Hold on to these Payroll Records, Indefinitely

Businessman manager hands holding pen for reading and signing paperwork near payroll salary binder
Throwing away old employee documents might be the quickest way to a clean-up, but there are some that need to remain for security purposes.

When the end of the year meets you with the task of ‘cleaning house’ or your files for the new year, there are certain documents that must remain. Government agencies specifically have requirements; however, it is always a good idea to hold onto these for tax, rehire, auditing, or even investigative purposes.


When hiring a new employee, a packet is typically filled out with pertinent information including address, pay rate, job title, and gender, which is required to be shared with the Department of Labor.


An I-9 proves the employee’s eligibility to work in the United States. The form includes the employee’s name and social security number or proof of identification of alien residents


Pay stub includes pay rate, pay period, deductions, hours worked with any overtime, and rate change if applicable. The pay stub deductions include benefits where the employee pays out and/or the employer matches amounts.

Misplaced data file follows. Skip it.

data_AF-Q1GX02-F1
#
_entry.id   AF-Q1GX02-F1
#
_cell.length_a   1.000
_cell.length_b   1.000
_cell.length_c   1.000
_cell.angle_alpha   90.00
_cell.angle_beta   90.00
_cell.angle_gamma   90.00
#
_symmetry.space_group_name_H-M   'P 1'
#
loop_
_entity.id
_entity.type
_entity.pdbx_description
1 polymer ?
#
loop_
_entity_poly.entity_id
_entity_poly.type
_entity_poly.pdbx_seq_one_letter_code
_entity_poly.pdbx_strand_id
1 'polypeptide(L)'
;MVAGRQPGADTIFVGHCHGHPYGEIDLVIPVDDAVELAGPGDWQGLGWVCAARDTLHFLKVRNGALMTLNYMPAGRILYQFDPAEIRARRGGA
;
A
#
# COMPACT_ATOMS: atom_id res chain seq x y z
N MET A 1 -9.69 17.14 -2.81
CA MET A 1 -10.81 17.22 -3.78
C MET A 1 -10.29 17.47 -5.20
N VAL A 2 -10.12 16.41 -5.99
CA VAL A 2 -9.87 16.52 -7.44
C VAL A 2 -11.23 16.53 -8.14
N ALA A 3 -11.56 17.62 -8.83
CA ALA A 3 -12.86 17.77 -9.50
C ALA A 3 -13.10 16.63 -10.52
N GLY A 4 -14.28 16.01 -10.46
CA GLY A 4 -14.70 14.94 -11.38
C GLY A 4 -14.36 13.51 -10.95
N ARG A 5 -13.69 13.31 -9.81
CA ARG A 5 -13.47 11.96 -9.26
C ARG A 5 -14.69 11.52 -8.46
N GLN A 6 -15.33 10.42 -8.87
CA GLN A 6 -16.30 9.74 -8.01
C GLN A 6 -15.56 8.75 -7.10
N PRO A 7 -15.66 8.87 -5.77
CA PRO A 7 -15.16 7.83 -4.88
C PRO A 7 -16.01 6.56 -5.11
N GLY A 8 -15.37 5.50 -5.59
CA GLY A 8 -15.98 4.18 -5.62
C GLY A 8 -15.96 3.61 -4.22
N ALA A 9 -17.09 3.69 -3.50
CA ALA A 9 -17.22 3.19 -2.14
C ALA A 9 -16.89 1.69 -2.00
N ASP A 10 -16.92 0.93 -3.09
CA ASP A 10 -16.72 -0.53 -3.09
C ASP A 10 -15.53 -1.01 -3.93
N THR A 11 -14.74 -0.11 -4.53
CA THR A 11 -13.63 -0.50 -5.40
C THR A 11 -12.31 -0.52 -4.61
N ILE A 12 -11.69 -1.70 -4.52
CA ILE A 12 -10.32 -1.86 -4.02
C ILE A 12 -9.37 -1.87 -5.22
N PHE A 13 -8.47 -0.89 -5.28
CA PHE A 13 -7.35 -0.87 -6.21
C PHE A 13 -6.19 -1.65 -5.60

Whether personal or medical leave, there is a requirement per the Family Medical Leave Act to provide documentation of leave dates and leave payout. There may be other requirements depending on the business and circumstances.


Timesheets are paper-based and/or electronic and track the number of regular and overtime hours worked by each employee.


Whether you have annual, quarterly, or more distanced evaluations for promotion or salary review, the documentation should include any salary increases, the rationale for such, and any other feedback or information that is relative. The Employment Opportunity Commission requires this documentation for employee reviews that potentially change the employees’ rate or hours.


For any type of termination, documentation must include the last worked date and any payouts for unused leave or severance.

These payroll documents are in almost every type of employee file and should be kept safely. There are other records that may be required by your company to hold onto and, if unsure, the best practice is that any document with the employee name, social security number, and address should remain.


Picture of Michael Callahan

Michael Callahan

CEO of Intentional Accounting

Financial Advice

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